Yesterday, Phoenix Sullivan gave me some awesome information about the details of proposal writing, job expectations, and what goes into writing a proposal. Part II of our information divining session is all about what it takes to be a proposal writer and the one thing everyone wants to know about... the moolah!
As always, Phoenix is excellent at crunching numbers. Those who follow her blog already know exactly what mean. With that I relinquish the floor...
A proposal writer must be able to work fast and to produce stellar work under constant pressure. They must play well with others and know when to compromise vision and craft. And they must intuitively understand how to weave technical details into a sales pitch that can’t help but sway the customer’s decision.Okay... maybe tons of research, good communication and people skills, and 60+ hour work weeks are worth it; especially at that pay grade. Now of course I agree with Phoenix, there is a little bit of luck involved in landing the right proposal job with the right company, and you have to be willing to fight for the best positions by honing skills.
In larger companies, the proposal writer is often part of the sales organization and may be bonused for working on a proposal that helps close a deal. Bonuses may range from a small, fixed amount to a percentage of the overall commission on the deal. Depending on typical deal sizes and how many of the deals go on to win, a writer might receive up to $10,000 or more a year in bonus money. This on top of an annual salary that, on average, runs $40-70,000 depending on experience and – becoming even more relevant these days – location.
Many proposals are crafted in a “war room” environment, requiring all team members to be physically present. Larger companies may have the technology and mindset that allows proposal writers to work from home.
I worked for a large technology company that produced thousands of proposals per year ranging from deals worth $50,000 to $100 million and more. Because of the sheer volume, only deals worth $20 million or more got dedicated proposal writer support. My job was to craft compelling boilerplate copy that was plug-and-play into the under-$20M deals and only had to be slightly customized by writers on the larger deals.
Because I didn’t have to be present in the war rooms, I worked exclusively from home for the last 4 years I was with the company. I also didn’t have the frenzied pace of a writer working live deals (even though I often worked 60-hour weeks), but I did sacrifice commission-based bonuses in the trade-off. Still, between end-of-year bonuses and individual incentives, even in tight years affected by the economy, I received about $6-8000 extra, on top of a $78,000 salary. During my best-earning – and busiest – year, I took home $93,000.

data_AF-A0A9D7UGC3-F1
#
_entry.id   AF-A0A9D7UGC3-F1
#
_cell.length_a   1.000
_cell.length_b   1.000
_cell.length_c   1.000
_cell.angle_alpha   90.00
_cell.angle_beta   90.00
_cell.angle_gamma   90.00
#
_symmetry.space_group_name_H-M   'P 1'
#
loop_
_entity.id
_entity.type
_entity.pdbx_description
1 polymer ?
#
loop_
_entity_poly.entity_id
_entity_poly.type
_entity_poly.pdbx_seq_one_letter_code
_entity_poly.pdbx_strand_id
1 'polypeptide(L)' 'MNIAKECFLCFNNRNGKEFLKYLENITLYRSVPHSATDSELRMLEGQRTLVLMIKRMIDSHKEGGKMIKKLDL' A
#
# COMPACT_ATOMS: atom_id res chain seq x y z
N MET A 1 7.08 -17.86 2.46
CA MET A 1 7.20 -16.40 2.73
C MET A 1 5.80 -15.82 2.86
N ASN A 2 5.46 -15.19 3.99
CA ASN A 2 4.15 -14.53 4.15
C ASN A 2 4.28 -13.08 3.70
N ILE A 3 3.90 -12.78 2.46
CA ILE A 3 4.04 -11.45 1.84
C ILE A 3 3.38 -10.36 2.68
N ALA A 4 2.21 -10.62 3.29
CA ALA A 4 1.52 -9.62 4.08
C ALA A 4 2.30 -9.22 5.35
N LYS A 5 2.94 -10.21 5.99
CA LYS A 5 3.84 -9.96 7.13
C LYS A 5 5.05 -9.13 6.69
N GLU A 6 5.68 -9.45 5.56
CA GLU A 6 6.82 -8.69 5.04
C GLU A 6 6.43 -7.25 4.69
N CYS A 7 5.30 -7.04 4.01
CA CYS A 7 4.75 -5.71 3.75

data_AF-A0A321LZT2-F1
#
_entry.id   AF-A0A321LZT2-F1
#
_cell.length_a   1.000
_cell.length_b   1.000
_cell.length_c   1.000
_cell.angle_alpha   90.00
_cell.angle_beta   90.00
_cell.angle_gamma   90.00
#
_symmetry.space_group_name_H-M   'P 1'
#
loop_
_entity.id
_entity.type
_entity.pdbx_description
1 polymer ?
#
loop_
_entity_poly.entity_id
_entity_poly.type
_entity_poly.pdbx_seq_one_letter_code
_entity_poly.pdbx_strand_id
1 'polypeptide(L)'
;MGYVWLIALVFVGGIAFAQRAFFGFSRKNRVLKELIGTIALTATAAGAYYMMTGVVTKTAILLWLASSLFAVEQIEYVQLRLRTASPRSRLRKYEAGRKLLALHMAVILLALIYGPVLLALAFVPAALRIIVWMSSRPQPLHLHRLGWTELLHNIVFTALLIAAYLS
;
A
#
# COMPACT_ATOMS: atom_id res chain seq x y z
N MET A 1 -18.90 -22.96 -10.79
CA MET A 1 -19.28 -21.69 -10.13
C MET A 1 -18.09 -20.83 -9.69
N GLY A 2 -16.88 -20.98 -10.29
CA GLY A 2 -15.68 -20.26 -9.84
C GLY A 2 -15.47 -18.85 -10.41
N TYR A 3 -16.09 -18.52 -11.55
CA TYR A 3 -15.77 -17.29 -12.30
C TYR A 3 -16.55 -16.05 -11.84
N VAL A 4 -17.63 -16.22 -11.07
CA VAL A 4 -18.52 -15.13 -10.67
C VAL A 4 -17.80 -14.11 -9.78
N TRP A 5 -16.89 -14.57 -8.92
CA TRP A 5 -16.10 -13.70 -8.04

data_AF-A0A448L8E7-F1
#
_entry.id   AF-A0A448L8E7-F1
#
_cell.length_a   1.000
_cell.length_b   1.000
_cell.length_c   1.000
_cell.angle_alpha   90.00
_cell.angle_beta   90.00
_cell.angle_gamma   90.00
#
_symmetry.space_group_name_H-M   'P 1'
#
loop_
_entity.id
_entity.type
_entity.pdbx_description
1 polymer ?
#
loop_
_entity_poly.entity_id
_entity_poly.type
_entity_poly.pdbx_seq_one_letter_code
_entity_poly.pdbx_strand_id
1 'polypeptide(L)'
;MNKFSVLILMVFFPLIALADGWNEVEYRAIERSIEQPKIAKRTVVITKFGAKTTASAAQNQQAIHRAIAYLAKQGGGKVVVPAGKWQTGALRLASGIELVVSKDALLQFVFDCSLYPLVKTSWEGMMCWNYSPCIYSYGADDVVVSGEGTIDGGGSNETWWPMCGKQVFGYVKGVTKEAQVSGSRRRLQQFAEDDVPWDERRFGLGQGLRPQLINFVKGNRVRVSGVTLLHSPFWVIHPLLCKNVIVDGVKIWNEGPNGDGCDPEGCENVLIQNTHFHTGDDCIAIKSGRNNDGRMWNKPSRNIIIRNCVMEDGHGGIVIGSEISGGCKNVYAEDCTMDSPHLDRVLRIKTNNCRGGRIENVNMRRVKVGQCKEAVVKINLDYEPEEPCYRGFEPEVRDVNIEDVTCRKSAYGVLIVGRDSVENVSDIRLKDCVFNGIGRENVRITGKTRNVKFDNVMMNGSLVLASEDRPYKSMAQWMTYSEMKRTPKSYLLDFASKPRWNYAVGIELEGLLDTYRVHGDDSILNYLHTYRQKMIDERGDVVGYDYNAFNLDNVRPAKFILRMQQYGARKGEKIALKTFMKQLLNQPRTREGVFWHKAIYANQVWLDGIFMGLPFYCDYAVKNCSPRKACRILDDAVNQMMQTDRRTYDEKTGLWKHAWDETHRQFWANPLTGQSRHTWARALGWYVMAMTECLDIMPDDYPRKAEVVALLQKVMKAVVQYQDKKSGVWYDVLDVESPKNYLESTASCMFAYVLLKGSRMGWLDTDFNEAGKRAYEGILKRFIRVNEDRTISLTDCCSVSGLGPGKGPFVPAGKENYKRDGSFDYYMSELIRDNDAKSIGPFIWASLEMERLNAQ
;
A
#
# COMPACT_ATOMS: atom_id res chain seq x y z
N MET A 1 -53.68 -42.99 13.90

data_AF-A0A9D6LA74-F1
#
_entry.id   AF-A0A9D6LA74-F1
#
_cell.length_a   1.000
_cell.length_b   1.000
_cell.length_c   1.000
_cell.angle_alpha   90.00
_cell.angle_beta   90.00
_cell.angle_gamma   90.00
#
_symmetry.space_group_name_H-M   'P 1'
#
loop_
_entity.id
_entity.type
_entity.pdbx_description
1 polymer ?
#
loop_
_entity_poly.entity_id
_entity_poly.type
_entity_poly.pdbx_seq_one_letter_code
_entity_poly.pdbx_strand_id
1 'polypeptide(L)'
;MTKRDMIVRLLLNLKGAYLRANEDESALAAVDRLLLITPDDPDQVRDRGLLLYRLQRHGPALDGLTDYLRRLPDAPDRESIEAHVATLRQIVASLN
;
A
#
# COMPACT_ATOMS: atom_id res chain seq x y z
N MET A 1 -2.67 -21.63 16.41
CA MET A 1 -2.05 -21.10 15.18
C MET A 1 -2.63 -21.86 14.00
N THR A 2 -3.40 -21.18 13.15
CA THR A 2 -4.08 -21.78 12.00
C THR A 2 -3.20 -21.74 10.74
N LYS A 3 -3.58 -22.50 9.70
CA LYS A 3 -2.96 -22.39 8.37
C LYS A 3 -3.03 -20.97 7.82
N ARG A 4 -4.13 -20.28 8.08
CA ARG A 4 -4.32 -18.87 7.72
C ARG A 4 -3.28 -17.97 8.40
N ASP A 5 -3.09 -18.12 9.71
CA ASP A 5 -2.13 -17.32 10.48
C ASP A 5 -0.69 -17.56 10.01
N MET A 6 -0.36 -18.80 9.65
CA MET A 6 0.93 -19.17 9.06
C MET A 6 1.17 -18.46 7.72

Why did I quit? Because I retired this past January. At age 51. Not everyone will be in my situation – no partner, no kids, a home in a low-cost state, Texas – but my career as a writer in the corporate world allowed me to pay off my mortgage and save enough to tide me over till I can start collecting pension and social security in 13 years. So yeah, you can earn a decent living writing. It just takes hard work, skill and, as with most things, a lot of luck in landing the right jobs along the way.
I will say that being a proposal writer has perks and pitfalls as does any writing profession; even the potential lure of working in your jammies or birthday suit!
The true question would be for those interested in pursuing proposal writing: Is this the kind of writing I could do day in and day out?
What do you think?
If you missed Part I of The Proposal Writer post check it out here.
Next week I attacking: The Copy Writer
Also if you missed yesterday's post then you missed the links for Phoenix's blog and my all exuberant push for you to buy her novel Spoil of War: An Arthurian Saga. Definitely check out both and come back by tomorrow as I list my record breaking reading list for the month of June!